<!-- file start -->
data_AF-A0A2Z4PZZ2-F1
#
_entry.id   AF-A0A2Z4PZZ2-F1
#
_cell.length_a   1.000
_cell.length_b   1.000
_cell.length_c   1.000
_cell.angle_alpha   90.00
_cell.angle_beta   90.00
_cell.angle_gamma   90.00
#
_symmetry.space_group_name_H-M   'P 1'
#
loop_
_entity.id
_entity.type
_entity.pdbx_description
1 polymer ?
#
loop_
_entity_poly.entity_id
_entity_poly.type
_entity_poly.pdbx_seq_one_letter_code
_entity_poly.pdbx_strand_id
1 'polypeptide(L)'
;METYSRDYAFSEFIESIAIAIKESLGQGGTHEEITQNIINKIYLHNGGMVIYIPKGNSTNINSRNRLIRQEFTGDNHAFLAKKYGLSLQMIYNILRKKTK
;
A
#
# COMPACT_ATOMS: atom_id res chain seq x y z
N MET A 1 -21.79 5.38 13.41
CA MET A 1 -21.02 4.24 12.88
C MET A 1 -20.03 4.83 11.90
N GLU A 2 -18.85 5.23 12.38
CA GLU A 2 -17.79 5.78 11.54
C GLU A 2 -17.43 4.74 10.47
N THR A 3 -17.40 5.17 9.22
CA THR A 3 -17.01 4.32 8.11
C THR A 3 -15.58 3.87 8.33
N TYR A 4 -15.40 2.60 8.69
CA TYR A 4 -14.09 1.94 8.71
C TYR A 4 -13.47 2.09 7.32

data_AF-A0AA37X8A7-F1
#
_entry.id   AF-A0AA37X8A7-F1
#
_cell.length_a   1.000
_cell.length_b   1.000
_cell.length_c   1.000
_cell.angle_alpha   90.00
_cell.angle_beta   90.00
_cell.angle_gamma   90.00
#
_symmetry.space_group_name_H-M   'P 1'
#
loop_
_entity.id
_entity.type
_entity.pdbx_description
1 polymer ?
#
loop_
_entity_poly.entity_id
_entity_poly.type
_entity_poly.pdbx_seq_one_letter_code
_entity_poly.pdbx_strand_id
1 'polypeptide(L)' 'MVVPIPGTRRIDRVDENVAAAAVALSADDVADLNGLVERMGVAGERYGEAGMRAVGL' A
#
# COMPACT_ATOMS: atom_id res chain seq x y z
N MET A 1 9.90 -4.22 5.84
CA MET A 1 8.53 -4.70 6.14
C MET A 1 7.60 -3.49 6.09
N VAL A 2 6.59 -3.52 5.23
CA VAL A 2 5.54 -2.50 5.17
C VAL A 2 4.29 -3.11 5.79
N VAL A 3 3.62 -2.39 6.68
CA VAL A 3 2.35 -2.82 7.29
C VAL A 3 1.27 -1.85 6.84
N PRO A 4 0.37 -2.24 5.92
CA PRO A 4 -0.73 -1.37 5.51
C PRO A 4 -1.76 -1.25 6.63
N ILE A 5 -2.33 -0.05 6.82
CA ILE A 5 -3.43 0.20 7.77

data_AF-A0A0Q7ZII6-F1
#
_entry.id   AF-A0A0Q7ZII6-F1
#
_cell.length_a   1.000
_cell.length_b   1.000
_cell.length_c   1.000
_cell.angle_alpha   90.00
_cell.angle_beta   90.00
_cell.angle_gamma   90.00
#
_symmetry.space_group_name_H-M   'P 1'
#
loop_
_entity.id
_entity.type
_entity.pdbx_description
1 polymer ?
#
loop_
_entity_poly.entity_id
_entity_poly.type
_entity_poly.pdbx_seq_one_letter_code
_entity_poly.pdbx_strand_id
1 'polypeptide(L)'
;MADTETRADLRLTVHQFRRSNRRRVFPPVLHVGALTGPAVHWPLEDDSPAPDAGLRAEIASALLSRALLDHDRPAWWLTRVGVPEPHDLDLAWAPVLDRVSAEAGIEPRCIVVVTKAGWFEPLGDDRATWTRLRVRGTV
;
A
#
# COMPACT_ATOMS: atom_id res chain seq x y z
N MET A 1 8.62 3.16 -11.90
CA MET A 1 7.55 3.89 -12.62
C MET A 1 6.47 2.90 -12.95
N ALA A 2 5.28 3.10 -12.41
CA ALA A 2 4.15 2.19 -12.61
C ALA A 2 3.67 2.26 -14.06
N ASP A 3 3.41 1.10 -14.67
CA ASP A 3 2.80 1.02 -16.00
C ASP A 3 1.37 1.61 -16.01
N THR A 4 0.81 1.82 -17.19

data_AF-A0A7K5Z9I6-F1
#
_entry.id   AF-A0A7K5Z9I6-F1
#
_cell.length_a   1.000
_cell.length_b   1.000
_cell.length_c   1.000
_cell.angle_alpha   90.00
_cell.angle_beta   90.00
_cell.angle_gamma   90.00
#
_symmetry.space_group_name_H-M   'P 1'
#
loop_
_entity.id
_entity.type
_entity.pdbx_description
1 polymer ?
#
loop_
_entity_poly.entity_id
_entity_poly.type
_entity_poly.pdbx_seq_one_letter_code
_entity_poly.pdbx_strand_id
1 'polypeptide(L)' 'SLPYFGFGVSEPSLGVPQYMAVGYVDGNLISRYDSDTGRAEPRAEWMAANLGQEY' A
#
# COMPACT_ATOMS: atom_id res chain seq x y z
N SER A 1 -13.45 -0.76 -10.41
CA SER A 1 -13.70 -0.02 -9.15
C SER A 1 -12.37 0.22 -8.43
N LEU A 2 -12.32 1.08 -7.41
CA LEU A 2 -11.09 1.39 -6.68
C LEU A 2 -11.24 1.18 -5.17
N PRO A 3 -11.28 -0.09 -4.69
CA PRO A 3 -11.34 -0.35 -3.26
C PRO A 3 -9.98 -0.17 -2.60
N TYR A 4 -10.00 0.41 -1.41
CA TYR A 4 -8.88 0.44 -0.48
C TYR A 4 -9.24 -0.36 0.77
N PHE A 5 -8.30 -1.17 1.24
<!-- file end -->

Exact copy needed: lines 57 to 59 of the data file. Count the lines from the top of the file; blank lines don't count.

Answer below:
_entity.id
_entity.type
_entity.pdbx_description